David Bloom, above, has Dup15q, a neurodevelopmental disorder, but he does not let it deter his goals and everyday life. Photo by Amie Bloom
BETHLEHEM — David Bloom, a local 15-year-old boy who attends Bethlehem Central Middle School, looked content as he sat beside his adoptive mother, Amie, smiling as he ate a dark chocolate cookie on their living room sofa.
For a few moments, the room was filled with a comfortable silence as David continued enjoying his treat. Positivity radiated around the room on this late June afternoon but David never directly spoke up for the interview, electing to converse with his mother with a few barely-audible words instead, with whom he felt more comfortable. Hence, Amie spoke on his behalf.
Amie explained that David has a genetic condition called Dup15q, where his 15th chromosome was duplicated. It has caused autism-like symptoms, affecting his social-communicative skills and even inducing seizures. Having had it his whole life, Amie said that he had first been acknowledged as “globally developmentally-delayed” by the time he was only a year old, indicating that his cognitive and physical development were slower than usual. His genetic condition was eventually confirmed when he was around six or seven, said Amie, after they factored in the seizures David had for an effective diagnosis.
At the time of his diagnosis, Amie said that there was no information about this neurodevelopmental disorder but in recent years, there have been clinics in cities like Boston and New York City to address it. She added that there are multiple children in Bethlehem who have the same disorder but it is on a spectrum “where some children are not affected at all while others are very developmentally-affected, like having trouble talking and walking.”
In David’s case, Amie said that he can actually speak but often chooses not to as his communication ability is not strong when interacting with others. But when he does feel like talking, he could “talk your head off and very often, it’s very repetitive,” according to Amie.
But despite his situation, David possesses a huge heart and an ambitious goal within — he wants to raise $10,000 this year.
He is the de facto face of David’s Dream Team, a local fundraiser for Make-A-Wish, and they are having a fundraising event at O’Slattery’s on 318 Delaware Ave. in Delmar on Saturday, June 22 from 2 to 5 p.m. Tickets are $15 at the door. Make-A-Wish is a non-profit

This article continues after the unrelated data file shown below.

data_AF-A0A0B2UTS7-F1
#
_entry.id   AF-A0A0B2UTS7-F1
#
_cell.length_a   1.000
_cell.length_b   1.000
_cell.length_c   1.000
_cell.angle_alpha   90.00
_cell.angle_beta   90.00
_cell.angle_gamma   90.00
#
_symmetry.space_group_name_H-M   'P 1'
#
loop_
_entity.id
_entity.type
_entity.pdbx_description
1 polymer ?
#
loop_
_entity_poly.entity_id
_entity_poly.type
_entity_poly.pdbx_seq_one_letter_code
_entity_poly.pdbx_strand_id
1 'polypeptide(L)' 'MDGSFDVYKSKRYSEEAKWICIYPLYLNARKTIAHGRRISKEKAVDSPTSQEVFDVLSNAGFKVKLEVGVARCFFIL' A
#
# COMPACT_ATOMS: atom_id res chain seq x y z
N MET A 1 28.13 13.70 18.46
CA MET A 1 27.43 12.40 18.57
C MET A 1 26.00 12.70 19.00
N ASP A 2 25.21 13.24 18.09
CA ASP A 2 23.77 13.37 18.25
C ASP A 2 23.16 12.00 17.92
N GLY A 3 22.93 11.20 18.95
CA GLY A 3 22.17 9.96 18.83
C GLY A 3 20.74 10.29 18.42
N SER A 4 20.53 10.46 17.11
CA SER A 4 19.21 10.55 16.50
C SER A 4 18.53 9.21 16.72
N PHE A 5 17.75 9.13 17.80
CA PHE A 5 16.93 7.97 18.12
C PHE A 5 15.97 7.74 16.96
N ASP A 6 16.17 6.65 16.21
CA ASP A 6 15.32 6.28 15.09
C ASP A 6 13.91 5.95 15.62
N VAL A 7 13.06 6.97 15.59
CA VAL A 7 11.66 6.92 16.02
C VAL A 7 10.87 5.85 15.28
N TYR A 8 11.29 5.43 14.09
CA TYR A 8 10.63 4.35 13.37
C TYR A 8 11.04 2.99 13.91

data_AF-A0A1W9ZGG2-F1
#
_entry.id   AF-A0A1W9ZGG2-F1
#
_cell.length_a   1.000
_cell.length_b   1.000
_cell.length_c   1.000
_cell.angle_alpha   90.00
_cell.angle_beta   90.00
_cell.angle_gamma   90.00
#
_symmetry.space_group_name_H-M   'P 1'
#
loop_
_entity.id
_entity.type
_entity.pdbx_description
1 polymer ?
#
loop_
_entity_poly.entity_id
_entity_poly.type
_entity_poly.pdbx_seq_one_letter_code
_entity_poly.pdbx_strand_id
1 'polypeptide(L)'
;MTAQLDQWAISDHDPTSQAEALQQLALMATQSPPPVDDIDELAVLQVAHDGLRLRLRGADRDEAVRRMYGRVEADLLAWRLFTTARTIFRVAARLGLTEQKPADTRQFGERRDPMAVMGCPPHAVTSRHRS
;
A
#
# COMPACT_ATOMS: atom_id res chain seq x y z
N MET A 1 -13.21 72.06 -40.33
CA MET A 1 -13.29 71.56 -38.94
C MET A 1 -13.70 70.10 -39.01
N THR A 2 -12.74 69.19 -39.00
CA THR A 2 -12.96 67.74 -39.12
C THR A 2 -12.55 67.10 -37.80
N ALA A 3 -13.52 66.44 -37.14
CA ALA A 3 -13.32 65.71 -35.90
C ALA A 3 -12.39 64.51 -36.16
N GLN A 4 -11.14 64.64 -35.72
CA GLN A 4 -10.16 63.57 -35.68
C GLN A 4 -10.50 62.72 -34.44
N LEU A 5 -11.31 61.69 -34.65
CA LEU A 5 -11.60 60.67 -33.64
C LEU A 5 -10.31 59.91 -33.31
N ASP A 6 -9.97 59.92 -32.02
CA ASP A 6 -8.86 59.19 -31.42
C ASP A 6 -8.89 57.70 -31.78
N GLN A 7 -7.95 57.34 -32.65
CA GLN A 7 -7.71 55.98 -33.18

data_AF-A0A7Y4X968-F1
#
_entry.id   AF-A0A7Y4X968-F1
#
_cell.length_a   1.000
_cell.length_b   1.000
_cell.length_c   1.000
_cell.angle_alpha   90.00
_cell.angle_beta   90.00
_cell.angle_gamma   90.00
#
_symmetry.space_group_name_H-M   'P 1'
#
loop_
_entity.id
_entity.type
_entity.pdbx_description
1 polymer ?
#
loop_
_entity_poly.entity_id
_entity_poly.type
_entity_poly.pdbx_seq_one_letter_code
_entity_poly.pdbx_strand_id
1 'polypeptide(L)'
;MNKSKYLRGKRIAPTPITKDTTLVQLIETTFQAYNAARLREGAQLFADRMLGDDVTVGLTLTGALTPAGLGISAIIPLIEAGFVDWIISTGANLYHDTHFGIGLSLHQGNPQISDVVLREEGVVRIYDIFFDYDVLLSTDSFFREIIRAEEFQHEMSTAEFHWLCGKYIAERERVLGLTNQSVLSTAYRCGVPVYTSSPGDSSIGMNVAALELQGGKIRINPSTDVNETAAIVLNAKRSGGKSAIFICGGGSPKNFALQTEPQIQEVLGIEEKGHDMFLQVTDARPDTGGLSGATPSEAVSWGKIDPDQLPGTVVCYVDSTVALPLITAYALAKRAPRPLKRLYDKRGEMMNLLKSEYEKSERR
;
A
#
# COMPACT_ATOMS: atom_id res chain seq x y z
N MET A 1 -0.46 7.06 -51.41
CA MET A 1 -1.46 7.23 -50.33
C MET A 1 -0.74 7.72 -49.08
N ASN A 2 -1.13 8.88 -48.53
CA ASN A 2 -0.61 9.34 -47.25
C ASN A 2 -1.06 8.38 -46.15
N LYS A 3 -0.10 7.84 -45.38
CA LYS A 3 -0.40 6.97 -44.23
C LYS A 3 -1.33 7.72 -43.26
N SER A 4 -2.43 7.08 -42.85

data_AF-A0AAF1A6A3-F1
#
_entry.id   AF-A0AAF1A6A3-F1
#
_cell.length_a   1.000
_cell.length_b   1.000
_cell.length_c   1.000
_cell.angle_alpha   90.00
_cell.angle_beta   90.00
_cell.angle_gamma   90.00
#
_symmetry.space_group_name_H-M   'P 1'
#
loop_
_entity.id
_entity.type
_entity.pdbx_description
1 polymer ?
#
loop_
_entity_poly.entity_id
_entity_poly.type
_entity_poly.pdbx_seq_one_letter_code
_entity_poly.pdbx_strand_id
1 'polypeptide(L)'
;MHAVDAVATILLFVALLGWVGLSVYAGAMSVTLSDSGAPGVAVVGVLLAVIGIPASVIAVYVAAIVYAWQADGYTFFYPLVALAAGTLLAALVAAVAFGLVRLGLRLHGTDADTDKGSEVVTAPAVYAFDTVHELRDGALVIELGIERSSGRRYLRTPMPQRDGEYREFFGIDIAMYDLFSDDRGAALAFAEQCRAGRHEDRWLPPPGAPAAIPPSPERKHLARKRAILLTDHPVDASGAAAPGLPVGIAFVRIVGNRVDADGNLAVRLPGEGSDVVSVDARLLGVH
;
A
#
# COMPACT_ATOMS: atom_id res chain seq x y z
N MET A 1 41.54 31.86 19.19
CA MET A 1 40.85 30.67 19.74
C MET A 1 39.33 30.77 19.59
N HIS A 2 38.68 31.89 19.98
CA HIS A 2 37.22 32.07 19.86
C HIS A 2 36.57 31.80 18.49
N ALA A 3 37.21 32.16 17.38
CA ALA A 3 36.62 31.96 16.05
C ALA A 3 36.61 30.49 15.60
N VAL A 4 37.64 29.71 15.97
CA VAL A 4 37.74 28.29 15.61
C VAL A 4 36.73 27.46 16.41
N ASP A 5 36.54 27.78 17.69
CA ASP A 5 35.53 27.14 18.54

organization that literally grants children with critical illnesses, conditions or afflictions a wish such as travel or meeting a celebrity, for instance.
The event will feature live music from acts like Maddy Hicks and Rock Voices; family-friendly entertainment like magician Jim Snack, face painting, and a tattoo/craft table; and food and beverages by O’Slattery’s itself. According to Amie, this is the first time O’Slattery’s has hosted a fundraiser.
David’s goal is for the hopefully-raised $10,000 to go back to Make-a-Wish so that it can help another child with a critical health condition to have their own wish granted. David’s selfless nature stemmed partially from how Make-a-Wish had already granted his own wish.
When David was 12, Amie had applied to Make-a-Wish for her son. While Dup 15q is not a terminal illness, it still qualified as a serious disorder. For David, his dream had long been to visit Disney World in Florida, which became true in April 2016. “David’s three passions in life are LEGOs, Mickey, and Make-A-Wish,” Amie said. “And when his wish was granted and we got to fly out to Disney World for a week, it changed his life. We had the time of our lives in Disney and it was way more than I ever expected.”
Amie provided two photo albums, which featured many photographs of their time at Disney World, including smiling and posing with figures like Mickey Mouse and Buzz Lightyear.
“And he’s wanted to give back to Make-A-Wish ever since,” Amie said.
She added that David’s Dream Team has walked for Make-A-Wish in the past few years, including having raised $5,000 in 2018.
For 2019, David also wants to raise money in memory of Amie’s niece, Samantha, who was 17 and living in California when she passed away from cancer just a month ago.
“We want to donate all the money raised this year in her memory to Make-A-Wish,” Amie said.
While David’s dream of going to Disney World has been granted, Amie said that his next goal is to visit a LEGO store in Manhattan, referring back to how he also has an affinity for that brand — he has visited the LEGO store at Crossgates Mall in Albany already. To help finance that trip, David has been mowing local lawns since last year.
“He has earned around $320 so far and lawnmowing is easier for him as a job because it’s very routine and it’s a lot of repetitiveness,” Amie said.
Amie related David’s experiences and hopes to how he does not let his condition hinder him from enjoying life. “It’s about finding your path even if you have limitations. I think that when people meet David, they don’t see all he has to offer as there are not a lot of 15 year olds who work to earn their own money or give back to a cause,” she concluded. “The fundraisers we’ve had and will have later this month are very driven by David. It also helps that he has such a supportive community around him.”